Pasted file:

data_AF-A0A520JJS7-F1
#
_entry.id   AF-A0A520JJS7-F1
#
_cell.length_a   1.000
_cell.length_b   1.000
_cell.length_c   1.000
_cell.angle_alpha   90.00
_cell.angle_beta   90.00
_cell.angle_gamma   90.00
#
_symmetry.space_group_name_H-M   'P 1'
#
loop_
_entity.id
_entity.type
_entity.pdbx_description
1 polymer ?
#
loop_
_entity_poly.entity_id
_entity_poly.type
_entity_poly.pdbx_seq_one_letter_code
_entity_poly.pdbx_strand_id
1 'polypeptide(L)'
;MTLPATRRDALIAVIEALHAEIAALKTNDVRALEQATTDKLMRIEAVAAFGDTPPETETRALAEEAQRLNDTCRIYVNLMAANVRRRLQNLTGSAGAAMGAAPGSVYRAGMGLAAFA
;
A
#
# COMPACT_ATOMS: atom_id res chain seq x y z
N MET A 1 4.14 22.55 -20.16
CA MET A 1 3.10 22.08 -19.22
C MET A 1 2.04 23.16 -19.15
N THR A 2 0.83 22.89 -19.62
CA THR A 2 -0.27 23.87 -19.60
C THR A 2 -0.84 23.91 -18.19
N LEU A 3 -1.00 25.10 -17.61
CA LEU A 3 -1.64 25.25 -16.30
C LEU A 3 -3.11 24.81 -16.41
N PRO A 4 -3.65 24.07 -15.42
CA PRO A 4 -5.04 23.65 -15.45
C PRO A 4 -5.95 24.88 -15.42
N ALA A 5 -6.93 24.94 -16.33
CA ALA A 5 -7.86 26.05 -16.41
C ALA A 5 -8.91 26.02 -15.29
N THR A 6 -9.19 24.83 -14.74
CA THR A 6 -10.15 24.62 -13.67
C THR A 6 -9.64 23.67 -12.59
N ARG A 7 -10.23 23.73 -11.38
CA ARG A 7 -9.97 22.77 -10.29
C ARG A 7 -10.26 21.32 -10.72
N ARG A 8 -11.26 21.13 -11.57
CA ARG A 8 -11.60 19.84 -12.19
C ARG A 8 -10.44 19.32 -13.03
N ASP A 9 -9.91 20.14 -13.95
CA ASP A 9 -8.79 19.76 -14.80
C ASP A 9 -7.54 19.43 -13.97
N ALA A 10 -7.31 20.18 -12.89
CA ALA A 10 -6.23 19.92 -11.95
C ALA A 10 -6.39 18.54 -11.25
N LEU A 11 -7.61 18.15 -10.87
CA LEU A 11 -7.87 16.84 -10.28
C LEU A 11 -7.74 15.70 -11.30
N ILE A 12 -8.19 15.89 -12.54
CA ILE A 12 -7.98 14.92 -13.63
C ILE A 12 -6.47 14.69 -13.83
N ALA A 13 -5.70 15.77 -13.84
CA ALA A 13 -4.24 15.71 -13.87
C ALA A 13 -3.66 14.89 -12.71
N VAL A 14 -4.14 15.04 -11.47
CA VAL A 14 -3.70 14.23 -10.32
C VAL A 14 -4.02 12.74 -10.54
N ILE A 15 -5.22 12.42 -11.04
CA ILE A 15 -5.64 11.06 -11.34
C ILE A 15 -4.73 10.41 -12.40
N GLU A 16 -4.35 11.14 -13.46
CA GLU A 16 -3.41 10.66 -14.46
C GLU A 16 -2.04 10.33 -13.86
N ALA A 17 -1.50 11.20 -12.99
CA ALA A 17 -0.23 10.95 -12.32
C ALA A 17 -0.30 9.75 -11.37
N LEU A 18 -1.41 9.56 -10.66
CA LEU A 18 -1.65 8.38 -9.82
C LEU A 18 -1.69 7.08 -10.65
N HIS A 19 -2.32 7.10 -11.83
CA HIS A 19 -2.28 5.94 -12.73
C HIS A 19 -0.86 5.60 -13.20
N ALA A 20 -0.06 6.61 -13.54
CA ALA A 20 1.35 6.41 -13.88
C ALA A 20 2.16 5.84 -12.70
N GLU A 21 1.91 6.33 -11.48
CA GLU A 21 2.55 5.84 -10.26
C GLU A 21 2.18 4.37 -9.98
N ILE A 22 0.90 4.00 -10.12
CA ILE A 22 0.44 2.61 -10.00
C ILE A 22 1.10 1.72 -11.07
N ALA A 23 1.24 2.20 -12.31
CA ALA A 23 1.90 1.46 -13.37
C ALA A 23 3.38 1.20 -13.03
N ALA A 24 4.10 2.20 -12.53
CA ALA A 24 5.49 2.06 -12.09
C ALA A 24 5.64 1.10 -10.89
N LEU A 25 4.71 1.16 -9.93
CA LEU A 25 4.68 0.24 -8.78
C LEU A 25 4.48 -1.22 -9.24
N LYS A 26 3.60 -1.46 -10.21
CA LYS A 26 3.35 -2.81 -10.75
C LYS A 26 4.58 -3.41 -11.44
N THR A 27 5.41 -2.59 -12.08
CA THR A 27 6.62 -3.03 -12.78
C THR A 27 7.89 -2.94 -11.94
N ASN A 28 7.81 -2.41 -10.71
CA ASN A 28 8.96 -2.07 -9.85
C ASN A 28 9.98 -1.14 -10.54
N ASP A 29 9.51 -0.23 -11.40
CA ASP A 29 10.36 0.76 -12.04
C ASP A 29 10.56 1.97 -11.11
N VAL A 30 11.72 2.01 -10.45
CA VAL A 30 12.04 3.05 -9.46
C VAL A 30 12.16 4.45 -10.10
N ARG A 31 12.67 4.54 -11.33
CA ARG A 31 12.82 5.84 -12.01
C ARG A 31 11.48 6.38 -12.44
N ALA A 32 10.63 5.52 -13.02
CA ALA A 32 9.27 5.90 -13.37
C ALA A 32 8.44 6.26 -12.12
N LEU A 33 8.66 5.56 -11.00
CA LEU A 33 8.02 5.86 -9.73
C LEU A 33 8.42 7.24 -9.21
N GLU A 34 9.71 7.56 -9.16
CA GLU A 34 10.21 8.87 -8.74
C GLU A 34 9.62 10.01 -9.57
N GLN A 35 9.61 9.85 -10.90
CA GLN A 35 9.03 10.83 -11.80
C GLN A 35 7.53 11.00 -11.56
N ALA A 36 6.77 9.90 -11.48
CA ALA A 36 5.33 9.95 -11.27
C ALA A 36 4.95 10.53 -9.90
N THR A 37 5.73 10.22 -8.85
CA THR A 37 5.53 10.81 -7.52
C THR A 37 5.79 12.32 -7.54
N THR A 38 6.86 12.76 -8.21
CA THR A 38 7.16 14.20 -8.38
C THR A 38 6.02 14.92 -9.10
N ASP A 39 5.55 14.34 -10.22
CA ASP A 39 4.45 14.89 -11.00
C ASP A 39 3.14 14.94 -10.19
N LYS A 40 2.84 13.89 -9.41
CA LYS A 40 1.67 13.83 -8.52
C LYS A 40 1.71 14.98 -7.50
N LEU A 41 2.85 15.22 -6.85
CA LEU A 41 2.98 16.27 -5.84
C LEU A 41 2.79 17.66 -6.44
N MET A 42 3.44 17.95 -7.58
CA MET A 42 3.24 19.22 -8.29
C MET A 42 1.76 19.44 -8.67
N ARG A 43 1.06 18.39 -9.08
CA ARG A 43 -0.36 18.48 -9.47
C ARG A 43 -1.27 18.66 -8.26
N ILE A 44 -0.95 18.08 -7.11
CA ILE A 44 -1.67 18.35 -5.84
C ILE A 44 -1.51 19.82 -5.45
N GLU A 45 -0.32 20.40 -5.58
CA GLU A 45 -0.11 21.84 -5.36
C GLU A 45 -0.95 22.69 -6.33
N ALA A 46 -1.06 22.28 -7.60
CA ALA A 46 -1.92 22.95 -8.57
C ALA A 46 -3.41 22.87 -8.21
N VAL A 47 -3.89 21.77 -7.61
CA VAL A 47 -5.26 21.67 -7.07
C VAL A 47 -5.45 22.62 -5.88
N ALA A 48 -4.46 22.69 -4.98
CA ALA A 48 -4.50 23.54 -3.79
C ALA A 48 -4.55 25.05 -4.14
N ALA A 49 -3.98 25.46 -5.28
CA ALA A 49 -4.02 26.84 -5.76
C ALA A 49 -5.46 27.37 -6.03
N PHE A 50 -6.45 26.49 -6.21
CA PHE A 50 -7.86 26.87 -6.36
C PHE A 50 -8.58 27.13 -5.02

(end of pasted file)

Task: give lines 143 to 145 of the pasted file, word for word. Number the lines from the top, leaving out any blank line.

CA THR A 38 7.16 14.20 -8.38
C THR A 38 6.02 14.92 -9.10
N ASP A 39 5.55 14.34 -10.22